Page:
Maybe it was something in the water—or something in the air—or just something floating around in the larger cultural zeitgeist of the time—but whatever the reason behind it all may have been, from the late stages of 1989 into the early stages of 1990, three young-at-the-time British comics authors, two of whom would go on to have a major impact on the industry “across the pond” while the other carved out a genuinely iconoclastic career for himself on the home front, all had a pretty similar idea: tell a short-from, serialized story about a late-teens/early-20s kid who was, in all likelihood, very much like themselves, or at least like a lot of people they probably knew, and plunge him into a series of events that were clearly beyond his depth.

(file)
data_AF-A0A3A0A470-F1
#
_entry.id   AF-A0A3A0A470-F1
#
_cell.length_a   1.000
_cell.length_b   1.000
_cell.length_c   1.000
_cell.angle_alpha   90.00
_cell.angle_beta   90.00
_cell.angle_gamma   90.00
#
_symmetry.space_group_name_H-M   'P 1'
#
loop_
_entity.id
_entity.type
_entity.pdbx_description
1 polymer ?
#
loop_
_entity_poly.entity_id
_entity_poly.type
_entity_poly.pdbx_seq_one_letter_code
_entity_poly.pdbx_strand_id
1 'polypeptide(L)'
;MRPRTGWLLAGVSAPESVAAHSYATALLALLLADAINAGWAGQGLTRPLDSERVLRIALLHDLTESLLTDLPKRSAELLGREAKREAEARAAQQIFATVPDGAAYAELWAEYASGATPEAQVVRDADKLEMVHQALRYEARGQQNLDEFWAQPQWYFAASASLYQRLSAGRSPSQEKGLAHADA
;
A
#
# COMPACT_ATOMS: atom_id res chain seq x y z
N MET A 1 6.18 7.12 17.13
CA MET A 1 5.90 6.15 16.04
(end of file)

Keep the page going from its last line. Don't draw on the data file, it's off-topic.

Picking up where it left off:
Keep in mind, the “autobio” comics craze of the ‘90s exemplified by writer/artists like Chester Brown, Joe Matt, Seth, and others (Dan Clowes even got in on the act for a while) was still a good few years off, and when it hit , it was largely the domain of creators who had no interest in the comics mainstream, while this minor “semi-autobio” trend was the product of three writers who very much were of the British mainstream at the time, and who were making inroads (with varying levels of success) at mainstream American publishers, specifically DC.